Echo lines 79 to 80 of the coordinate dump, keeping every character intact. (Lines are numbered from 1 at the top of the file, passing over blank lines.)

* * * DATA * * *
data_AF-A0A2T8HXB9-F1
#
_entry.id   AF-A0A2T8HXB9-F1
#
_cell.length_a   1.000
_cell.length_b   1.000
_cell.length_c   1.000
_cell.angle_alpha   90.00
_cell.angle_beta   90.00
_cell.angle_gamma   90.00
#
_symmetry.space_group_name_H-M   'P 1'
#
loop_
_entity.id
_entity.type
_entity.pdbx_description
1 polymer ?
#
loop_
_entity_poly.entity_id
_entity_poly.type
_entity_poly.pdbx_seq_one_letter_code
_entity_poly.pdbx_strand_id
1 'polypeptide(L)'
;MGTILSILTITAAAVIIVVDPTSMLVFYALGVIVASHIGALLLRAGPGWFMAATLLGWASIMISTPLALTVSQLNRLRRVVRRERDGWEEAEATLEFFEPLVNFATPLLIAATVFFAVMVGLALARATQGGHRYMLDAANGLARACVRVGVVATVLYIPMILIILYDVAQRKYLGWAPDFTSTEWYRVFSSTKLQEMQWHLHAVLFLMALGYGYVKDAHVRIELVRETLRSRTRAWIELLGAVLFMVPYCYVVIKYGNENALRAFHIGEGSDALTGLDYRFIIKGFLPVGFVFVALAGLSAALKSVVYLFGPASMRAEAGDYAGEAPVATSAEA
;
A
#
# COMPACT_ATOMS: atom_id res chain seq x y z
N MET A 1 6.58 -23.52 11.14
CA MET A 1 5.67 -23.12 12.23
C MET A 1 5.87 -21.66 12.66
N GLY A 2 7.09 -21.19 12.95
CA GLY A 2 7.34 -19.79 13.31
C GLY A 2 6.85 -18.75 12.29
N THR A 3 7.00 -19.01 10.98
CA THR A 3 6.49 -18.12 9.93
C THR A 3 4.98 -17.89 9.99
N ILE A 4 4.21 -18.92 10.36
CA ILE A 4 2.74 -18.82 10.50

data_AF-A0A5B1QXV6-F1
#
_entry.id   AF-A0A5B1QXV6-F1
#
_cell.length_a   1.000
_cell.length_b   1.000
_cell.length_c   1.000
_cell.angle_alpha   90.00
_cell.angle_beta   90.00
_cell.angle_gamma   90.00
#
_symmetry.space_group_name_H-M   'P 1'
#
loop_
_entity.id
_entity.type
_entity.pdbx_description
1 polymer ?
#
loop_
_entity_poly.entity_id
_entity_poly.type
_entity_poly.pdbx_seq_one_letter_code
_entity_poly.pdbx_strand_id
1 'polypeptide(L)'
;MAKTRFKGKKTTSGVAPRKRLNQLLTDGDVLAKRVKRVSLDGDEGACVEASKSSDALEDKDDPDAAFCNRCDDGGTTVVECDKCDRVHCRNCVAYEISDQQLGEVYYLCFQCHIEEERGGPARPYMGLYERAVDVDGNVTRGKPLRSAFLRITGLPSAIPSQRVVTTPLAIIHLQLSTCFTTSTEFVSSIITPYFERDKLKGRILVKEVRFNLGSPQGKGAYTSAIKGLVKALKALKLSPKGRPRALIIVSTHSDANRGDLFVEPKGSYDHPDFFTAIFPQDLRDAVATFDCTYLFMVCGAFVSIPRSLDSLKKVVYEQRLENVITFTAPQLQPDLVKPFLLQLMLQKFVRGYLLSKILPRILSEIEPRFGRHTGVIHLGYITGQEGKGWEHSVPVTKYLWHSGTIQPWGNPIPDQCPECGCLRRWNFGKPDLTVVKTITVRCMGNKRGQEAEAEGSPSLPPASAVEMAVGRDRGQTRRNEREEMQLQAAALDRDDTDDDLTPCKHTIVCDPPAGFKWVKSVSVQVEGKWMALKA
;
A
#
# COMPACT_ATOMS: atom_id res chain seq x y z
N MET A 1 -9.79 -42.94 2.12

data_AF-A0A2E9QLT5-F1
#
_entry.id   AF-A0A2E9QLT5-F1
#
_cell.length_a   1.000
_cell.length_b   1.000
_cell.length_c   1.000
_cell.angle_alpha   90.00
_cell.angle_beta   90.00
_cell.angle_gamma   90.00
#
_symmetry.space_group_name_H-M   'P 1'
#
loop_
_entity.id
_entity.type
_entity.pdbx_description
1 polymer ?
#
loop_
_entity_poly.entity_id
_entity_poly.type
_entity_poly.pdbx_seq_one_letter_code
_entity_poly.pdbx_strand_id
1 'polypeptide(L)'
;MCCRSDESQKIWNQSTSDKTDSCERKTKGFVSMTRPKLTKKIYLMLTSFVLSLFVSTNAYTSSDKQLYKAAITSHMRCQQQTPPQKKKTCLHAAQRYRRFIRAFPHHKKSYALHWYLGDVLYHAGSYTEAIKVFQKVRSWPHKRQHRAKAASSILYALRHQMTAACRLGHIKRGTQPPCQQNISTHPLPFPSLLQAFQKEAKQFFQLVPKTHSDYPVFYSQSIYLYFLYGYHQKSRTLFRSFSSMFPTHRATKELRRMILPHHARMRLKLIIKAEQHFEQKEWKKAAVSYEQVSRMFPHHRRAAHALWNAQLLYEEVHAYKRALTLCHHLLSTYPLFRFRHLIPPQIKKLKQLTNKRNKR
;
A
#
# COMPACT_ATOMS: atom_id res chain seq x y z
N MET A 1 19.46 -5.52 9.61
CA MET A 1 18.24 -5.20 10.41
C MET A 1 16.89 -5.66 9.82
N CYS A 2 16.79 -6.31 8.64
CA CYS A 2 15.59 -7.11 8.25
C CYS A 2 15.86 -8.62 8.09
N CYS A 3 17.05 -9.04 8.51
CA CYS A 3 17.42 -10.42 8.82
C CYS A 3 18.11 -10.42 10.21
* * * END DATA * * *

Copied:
_cell.length_c   1.000
_cell.angle_alpha   90.00